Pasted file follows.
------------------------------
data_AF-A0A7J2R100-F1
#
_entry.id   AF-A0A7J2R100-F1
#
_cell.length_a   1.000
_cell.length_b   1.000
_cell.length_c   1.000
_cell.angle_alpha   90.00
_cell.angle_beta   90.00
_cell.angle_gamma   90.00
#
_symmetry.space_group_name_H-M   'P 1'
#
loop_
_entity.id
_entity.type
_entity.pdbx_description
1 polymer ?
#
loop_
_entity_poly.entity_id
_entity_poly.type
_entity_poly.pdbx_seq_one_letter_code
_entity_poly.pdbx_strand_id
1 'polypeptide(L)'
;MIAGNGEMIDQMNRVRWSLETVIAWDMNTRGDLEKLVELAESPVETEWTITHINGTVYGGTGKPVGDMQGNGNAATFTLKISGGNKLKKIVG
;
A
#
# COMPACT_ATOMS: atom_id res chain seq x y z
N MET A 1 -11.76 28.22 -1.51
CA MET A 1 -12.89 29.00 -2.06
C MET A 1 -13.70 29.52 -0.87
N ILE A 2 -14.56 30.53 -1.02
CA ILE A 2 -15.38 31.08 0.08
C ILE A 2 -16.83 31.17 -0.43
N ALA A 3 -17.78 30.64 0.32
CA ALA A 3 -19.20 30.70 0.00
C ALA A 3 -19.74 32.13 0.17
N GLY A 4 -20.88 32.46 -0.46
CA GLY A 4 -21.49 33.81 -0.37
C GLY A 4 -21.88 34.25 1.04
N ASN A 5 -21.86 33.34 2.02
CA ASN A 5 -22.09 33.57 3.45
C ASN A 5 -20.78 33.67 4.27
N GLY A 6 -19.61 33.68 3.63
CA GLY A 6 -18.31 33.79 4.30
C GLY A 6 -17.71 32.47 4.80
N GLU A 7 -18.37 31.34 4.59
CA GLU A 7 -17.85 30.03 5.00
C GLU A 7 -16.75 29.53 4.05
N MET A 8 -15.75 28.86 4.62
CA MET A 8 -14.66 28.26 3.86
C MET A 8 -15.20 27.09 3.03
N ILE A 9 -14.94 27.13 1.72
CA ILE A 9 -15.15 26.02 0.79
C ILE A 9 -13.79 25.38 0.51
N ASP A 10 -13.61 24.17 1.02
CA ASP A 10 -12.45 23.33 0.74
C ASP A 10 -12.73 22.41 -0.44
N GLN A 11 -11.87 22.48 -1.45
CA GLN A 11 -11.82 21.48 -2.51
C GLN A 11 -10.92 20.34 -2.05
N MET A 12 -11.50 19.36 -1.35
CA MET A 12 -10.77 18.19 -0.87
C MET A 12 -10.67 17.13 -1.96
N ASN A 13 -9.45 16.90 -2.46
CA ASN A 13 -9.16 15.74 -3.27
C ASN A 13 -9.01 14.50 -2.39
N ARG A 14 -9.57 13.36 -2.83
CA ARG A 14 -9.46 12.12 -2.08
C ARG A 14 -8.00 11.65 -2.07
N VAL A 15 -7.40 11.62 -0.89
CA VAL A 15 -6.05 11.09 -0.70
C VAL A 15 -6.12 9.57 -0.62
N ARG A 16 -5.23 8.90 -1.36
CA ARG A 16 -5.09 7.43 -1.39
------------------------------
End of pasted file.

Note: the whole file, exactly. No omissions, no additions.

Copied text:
data_AF-A0A7J2R100-F1
#
_entry.id   AF-A0A7J2R100-F1
#
_cell.length_a   1.000
_cell.length_b   1.000
_cell.length_c   1.000
_cell.angle_alpha   90.00
_cell.angle_beta   90.00
_cell.angle_gamma   90.00
#
_symmetry.space_group_name_H-M   'P 1'
#
loop_
_entity.id
_entity.type
_entity.pdbx_description
1 polymer ?
#
loop_
_entity_poly.entity_id
_entity_poly.type
_entity_poly.pdbx_seq_one_letter_code
_entity_poly.pdbx_strand_id
1 'polypeptide(L)'
;MIAGNGEMIDQMNRVRWSLETVIAWDMNTRGDLEKLVELAESPVETEWTITHINGTVYGGTGKPVGDMQGNGNAATFTLKISGGNKLKKIVG
;
A
#
# COMPACT_ATOMS: atom_id res chain seq x y z
N MET A 1 -11.76 28.22 -1.51
CA MET A 1 -12.89 29.00 -2.06
C MET A 1 -13.70 29.52 -0.87
N ILE A 2 -14.56 30.53 -1.02
CA ILE A 2 -15.38 31.08 0.08
C ILE A 2 -16.83 31.17 -0.43
N ALA A 3 -17.78 30.64 0.32
CA ALA A 3 -19.20 30.70 0.00
C ALA A 3 -19.74 32.13 0.17
N GLY A 4 -20.88 32.46 -0.46
CA GLY A 4 -21.49 33.81 -0.37
C GLY A 4 -21.88 34.25 1.04
N ASN A 5 -21.86 33.34 2.02
CA ASN A 5 -22.09 33.57 3.45
C ASN A 5 -20.78 33.67 4.27
N GLY A 6 -19.61 33.68 3.63
CA GLY A 6 -18.31 33.79 4.30
C GLY A 6 -17.71 32.47 4.80
N GLU A 7 -18.37 31.34 4.59
CA GLU A 7 -17.85 30.03 5.00
C GLU A 7 -16.75 29.53 4.05
N MET A 8 -15.75 28.86 4.62
CA MET A 8 -14.66 28.26 3.86
C MET A 8 -15.20 27.09 3.03
N ILE A 9 -14.94 27.13 1.72
CA ILE A 9 -15.15 26.02 0.79
C ILE A 9 -13.79 25.38 0.51
N ASP A 10 -13.61 24.17 1.02
CA ASP A 10 -12.45 23.33 0.74
C ASP A 10 -12.73 22.41 -0.44
N GLN A 11 -11.87 22.48 -1.45
CA GLN A 11 -11.82 21.48 -2.51
C GLN A 11 -10.92 20.34 -2.05
N MET A 12 -11.50 19.36 -1.35
CA MET A 12 -10.77 18.19 -0.87
C MET A 12 -10.67 17.13 -1.96
N ASN A 13 -9.45 16.90 -2.46
CA ASN A 13 -9.16 15.74 -3.27
C ASN A 13 -9.01 14.50 -2.39
N ARG A 14 -9.57 13.36 -2.83
CA ARG A 14 -9.46 12.12 -2.08
C ARG A 14 -8.00 11.65 -2.07
N VAL A 15 -7.40 11.62 -0.89
CA VAL A 15 -6.05 11.09 -0.70
C VAL A 15 -6.12 9.57 -0.62
N ARG A 16 -5.23 8.90 -1.36
CA ARG A 16 -5.09 7.43 -1.39